As is the case with Florida in the summer, the heat and humidity of the environment are extreme. With this, the most important thing, next to the electricity powering your home, will be your A/C unit, as anyone knows what a house is like without one running. But, you may notice that when the weather is at its worst is when your unit will give out on you, and freezes up. There are several reasons as to why this is happening, and we would like to go through a couple of reasons as to why.

Low Refrigerant

If your A/C system is not functioning correctly, it may affect the refrigerant chlorodifluoromethane or R22, and how it behaves within the system. If the pressure in your system changes, then this could cause the R22 to behave differently. As the house’s moist air makes its way over the evaporator, the air’s moisture will condense and freeze on the system’s coils, and ice will form. This ice will act as an insulator and cause the coils to freeze, and not function. To fix this, you should contact Airsource America so a professional can come out and make the proper repairs.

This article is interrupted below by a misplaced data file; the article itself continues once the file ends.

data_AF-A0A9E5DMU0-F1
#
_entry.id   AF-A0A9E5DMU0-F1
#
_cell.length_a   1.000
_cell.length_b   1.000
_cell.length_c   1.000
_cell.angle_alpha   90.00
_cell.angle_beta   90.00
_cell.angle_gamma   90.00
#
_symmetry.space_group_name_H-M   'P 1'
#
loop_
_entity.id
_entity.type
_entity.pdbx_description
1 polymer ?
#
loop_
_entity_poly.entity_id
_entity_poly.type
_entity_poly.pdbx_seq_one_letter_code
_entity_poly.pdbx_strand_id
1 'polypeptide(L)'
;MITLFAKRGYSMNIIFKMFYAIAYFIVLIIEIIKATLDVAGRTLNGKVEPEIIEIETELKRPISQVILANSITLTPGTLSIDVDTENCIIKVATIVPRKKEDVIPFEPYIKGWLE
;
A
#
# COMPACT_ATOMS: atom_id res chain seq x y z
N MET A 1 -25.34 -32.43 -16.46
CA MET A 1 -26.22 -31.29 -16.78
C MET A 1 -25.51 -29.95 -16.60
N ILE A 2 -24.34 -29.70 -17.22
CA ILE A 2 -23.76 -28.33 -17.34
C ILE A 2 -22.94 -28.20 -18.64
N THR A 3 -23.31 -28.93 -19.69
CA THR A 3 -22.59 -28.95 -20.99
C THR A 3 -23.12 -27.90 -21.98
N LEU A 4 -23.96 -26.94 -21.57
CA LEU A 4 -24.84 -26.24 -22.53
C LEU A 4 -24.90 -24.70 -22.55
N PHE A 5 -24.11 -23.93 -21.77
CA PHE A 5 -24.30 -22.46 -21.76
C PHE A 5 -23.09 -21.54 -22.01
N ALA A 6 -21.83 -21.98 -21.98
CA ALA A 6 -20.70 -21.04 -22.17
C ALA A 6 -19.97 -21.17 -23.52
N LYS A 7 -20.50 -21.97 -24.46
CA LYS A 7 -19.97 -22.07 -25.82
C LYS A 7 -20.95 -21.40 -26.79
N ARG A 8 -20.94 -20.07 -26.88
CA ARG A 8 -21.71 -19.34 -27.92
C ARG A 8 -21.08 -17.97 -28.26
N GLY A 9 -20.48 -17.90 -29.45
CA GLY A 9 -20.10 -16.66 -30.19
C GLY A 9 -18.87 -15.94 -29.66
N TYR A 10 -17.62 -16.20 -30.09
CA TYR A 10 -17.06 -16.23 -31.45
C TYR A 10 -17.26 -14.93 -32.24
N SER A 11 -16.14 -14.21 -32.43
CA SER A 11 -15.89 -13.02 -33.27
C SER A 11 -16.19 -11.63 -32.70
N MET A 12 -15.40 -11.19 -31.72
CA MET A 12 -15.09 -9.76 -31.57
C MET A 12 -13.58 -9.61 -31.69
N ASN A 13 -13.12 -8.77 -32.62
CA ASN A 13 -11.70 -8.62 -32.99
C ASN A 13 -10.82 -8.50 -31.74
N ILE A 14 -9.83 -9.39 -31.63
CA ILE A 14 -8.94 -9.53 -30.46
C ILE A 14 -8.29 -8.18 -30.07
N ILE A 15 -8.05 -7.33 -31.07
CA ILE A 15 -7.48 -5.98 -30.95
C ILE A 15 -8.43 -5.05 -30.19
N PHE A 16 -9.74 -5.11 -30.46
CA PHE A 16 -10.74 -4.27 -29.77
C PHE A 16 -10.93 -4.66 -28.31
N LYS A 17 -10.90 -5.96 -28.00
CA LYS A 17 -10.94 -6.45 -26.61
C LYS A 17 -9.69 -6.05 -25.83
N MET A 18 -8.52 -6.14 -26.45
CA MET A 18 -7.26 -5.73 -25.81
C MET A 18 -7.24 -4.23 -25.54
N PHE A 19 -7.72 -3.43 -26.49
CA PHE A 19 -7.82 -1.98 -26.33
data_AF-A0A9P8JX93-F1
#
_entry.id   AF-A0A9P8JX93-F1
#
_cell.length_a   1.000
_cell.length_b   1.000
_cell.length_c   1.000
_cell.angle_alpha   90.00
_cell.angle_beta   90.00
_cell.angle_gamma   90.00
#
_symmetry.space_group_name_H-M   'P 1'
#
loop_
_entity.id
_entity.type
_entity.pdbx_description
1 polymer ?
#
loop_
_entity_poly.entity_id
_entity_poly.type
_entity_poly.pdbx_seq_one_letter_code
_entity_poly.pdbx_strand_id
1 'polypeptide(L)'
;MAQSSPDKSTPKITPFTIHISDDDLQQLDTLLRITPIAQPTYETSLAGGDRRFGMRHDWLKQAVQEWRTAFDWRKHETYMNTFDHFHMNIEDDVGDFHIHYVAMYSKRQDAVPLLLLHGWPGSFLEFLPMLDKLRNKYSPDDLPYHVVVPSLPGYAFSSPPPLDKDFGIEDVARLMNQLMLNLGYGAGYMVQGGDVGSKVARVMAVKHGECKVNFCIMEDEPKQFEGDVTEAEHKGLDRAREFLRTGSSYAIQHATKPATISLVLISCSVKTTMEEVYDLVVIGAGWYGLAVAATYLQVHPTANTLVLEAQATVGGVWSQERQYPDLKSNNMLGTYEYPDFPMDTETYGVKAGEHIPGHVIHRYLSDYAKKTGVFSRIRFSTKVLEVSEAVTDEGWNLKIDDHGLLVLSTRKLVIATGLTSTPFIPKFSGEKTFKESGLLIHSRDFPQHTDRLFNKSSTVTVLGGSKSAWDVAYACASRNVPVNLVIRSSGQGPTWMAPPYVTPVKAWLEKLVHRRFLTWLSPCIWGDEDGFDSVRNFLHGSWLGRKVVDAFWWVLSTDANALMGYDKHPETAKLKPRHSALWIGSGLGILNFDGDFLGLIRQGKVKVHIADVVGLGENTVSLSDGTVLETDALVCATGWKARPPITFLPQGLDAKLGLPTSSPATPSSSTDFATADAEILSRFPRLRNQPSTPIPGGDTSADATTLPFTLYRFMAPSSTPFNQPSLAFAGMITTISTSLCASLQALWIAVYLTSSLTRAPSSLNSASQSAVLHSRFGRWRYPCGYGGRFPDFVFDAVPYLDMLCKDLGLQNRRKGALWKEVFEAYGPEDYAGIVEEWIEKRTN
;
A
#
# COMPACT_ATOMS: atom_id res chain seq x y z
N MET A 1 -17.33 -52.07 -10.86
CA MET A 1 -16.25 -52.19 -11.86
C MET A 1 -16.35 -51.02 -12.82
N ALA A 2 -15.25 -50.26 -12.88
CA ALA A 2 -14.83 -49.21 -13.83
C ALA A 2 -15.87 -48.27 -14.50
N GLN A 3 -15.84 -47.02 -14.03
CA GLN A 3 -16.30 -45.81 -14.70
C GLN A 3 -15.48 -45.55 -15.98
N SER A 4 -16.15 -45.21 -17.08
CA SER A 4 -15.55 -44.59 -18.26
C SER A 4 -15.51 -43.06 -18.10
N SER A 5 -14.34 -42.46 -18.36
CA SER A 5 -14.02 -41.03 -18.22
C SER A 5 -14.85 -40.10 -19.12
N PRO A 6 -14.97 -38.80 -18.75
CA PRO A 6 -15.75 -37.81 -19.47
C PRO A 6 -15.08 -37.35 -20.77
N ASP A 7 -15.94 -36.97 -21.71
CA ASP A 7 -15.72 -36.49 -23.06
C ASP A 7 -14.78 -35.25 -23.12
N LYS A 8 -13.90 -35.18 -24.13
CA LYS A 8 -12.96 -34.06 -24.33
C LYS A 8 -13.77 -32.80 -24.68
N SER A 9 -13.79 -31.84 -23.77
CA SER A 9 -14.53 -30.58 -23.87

Poor Airflow

Overused, or clogged up air filters will prevent air from making its way correctly through your unit. This reduction of airflow will lead to your group having to work harder than usual to complete the cooling you want it to. This prevents the right amount of warm air from making its way over your system, and will not be able to stop the condensation forming on the coils from turning to ice.

Dirty Coils

Dirty coils can cause freezing due to the layer of dirt on top of the coils preventing them from absorbing the water fast enough. Bi-annual checkups from your local HVAC professional can keep your A/C’s coils clean.

Damaged Blower Fan

As the internal air cools, it becomes denser and does not travel as quickly. The blower fan helps move cold air by transporting hot air out of your home, which the denser cold air moves to replace. Sometimes your blower fan can break, or become damaged during normal operation. When your blower fan is not functioning correctly, that will lead to a significant change in the airflow inside of your air handler. Too much condensation will build upon the coils, and the water droplets will not evaporate or drain properly. Without the hot air moving over the proper parts, a broken blower fan can also cause a refrigerant line to freeze too.

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